THE NATIONAL MUSEUM OF ANTIQUITIES became part of the structure of the Academy in 1948; it is the second treasury of valuable cultural pieces of the Romanian Academy. As in many other European countries, modern public museums appeared in Romania through the generous endowments of a handful of amateurs éclairés who donated their private collections to the state. Such a donor was, in 1834, Mihalache Ghica, a highly polished character, brother to Alexandru Ghica, then Prince of Wallachia.

This collection was the nucleus of the future National Museum of Antiquities. Shortly, the Museum became the beneficiary of all chance archeological discoveries as well as of those resulting from planned digs.


In addition, dozens of some of the richest private collections in the country entered the Museum’s patrimony both through donations and acquisitions. The diversity of these sources accounts for the heterogeneous character of the Museum, which had in its bequest objects found on Romanian territory next to artifacts purchased abroad or of uncertain origin, objects of widely different types and from very different times (divers prehistoric objects, coins from all eras, works of art or of quotidian use, from the antiquity down to our time). The National Museum was a repository for Egyptian objects and artifacts from Cyprus and Mycenae, painted Greek vessels, a curious collection of wristwatches, as well as many works of religious art removed from the churches of some monasteries after the decree of secularization of Alexandru Ioan Cuza in 1863. At the same time, the Museum reunited expert connoisseurs of many different categories of objects belonging to different times and places of civilization and culture, and for this reason also fulfilled the role of a center of archeological research; indeed its directors were brilliant personalities of Romanian academic life from Alexandru Odobescu to Grigore Tocilescu, Vasile Pârvan, Ion Nestor and others. Like the Committee of Historical Monuments, the National Museum of Antiquities was organized through a special code which also governed the preservation and study of ancient monuments in Romania.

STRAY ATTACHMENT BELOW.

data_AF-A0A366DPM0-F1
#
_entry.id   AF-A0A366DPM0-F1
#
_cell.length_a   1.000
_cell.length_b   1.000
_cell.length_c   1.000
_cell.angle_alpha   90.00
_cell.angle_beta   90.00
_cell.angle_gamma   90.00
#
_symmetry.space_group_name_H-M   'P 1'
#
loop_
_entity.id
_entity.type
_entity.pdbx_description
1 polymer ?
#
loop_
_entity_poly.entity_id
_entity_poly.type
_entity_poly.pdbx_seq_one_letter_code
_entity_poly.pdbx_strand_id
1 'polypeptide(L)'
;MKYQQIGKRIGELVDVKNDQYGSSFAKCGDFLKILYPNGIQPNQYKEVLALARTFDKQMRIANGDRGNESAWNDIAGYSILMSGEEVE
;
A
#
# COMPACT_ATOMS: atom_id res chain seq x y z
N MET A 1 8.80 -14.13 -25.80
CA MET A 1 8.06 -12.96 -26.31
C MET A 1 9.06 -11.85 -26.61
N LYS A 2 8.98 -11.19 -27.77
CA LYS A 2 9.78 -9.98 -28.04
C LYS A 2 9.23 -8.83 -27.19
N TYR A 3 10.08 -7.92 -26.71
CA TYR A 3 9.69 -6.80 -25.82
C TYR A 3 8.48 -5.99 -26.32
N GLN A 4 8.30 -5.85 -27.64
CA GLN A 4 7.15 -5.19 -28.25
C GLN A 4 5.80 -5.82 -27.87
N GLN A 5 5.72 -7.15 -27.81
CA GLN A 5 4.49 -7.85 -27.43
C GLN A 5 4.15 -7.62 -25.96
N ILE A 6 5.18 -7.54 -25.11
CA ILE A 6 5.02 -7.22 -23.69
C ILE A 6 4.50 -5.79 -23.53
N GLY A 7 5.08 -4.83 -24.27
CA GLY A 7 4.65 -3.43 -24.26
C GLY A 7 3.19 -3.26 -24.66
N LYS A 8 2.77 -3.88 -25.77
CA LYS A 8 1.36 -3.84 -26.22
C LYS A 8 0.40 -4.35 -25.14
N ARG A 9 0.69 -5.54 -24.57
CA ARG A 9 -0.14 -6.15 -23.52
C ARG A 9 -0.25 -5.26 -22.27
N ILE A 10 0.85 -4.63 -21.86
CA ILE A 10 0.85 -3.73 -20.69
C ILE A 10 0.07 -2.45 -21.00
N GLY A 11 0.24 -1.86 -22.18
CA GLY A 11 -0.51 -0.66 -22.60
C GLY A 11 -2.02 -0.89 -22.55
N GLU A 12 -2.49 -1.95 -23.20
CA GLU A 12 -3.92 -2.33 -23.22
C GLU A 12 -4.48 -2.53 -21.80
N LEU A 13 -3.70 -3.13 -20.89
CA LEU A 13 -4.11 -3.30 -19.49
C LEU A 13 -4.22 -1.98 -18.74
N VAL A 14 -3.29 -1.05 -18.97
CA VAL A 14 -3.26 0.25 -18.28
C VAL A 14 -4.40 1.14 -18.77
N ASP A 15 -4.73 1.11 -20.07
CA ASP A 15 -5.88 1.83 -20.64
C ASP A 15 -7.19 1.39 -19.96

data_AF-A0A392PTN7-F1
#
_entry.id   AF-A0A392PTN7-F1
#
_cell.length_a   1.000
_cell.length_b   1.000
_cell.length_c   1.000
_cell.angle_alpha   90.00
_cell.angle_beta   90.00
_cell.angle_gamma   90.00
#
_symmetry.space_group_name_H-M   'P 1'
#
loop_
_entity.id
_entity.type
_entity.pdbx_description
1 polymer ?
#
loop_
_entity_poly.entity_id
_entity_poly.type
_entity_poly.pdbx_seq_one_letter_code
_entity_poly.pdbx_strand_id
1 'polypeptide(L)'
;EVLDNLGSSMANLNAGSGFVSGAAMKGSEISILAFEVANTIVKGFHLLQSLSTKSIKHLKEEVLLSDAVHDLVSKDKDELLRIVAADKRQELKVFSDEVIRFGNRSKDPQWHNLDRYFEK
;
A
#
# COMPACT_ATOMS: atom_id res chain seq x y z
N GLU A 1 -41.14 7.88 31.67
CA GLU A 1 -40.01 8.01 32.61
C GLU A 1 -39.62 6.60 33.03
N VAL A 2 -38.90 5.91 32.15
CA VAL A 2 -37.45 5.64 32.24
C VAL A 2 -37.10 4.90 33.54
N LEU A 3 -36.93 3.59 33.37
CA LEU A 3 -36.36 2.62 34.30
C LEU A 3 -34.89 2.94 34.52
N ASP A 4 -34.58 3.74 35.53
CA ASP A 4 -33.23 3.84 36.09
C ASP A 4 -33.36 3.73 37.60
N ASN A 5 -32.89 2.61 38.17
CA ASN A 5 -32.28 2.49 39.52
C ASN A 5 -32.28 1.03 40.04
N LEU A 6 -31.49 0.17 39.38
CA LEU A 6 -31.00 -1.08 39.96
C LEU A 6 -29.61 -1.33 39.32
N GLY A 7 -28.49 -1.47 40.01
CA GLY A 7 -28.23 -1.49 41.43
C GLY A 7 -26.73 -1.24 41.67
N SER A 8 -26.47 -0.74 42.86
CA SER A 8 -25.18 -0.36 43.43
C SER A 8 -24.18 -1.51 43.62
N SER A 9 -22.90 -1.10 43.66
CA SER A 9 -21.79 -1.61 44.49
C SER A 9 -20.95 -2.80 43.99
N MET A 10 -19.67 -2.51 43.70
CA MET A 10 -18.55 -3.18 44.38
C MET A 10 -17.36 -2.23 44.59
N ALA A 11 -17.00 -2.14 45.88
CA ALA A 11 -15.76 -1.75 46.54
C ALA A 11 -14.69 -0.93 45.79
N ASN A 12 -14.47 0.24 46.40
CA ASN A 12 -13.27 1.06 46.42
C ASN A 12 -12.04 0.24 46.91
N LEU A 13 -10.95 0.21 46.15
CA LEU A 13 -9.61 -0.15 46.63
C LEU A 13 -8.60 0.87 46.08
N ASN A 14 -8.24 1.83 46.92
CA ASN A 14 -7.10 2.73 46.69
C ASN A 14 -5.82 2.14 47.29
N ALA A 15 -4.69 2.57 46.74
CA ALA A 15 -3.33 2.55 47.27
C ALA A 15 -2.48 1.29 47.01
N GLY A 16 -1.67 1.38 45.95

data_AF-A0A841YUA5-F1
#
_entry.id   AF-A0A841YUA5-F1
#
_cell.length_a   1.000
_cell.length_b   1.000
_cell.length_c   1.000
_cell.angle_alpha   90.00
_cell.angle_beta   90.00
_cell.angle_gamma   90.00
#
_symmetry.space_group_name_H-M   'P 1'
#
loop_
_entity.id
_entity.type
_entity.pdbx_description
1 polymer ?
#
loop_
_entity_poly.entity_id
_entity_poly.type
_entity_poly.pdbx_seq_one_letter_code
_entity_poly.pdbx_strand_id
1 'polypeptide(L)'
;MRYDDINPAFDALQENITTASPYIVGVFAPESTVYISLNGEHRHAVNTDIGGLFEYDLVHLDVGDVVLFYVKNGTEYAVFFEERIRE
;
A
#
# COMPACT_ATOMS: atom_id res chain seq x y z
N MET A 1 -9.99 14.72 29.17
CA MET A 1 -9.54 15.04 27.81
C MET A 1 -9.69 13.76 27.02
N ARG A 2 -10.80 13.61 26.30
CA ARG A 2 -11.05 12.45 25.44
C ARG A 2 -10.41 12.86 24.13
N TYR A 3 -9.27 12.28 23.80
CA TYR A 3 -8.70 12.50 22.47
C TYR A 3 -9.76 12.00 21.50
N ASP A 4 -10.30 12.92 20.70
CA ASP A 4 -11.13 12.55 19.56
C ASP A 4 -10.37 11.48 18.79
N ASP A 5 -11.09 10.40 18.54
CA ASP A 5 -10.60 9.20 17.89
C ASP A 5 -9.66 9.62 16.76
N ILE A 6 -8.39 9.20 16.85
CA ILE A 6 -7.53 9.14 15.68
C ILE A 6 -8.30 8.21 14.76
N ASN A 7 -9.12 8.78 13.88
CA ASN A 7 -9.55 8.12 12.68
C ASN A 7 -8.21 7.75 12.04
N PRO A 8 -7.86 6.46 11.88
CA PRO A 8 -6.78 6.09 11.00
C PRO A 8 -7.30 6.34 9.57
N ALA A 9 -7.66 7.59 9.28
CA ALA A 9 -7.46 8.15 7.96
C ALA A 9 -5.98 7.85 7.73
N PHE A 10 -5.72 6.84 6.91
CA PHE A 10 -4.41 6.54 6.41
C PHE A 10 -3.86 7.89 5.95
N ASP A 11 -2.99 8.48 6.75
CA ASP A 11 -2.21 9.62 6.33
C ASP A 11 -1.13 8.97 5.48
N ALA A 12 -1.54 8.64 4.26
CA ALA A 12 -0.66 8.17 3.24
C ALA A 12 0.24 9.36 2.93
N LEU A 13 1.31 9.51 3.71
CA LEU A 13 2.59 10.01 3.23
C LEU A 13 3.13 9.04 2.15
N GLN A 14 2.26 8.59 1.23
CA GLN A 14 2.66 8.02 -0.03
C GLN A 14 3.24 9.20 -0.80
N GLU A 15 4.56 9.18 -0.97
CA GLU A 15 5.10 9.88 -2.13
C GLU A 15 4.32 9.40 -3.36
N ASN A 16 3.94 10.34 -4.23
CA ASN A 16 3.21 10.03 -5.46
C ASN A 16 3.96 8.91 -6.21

Thus, when in 1948 the National Museum of Antiquities became subordinate to the Romanian Academy, and in 1956, a part of the newly founded Institute of Archeology, these decisions seemed logical enough. However, in the following years, the collections suffered partial transfers to regional museums as these were being set up or reorganized. Still, with its heritage of over 100,000 pieces, in addition to a valuable and large lapidary and 150,000 numismatic pieces from the Greco-Roman antiquity and the Middle Ages, the Institute of Archeology owns one of the most valuable treasuries of antiquities not only in Romania but in South Eastern Europe. In 1990, the Presidium of the Romanian Academy decided it would reopen the National Museum of Antiquities; to this end, painstaking and delicate preparations are currently under way. Educational functions will complement the scientific role of the collections. The visitors to the Museum will thus be able to have an overview of all the cultures on Romanian territory, from the Paleolithic and the Neolithic to the bronze and the iron ages. All traces of the classic Greco-Roman civilization in ancient Dacia will be brought together with those found in the antique sites on the Black Sea, with archeological discoveries dating from the era of the Barbarian migrations and from the Middle Ages, with Egyptian antiquities from older donations, dating from the third millenium B.C. to the Hellenistic period, with Greek vessels from Cyprus and Mycenae dating from the bronze age, with Italic objects such as Etruscan pieces and ceramics in the styles of Apulia and Campania from the 8th-1st centuries B.C. etc.



copyright © Romanian Academy 2006

copyright © Academia Română 2006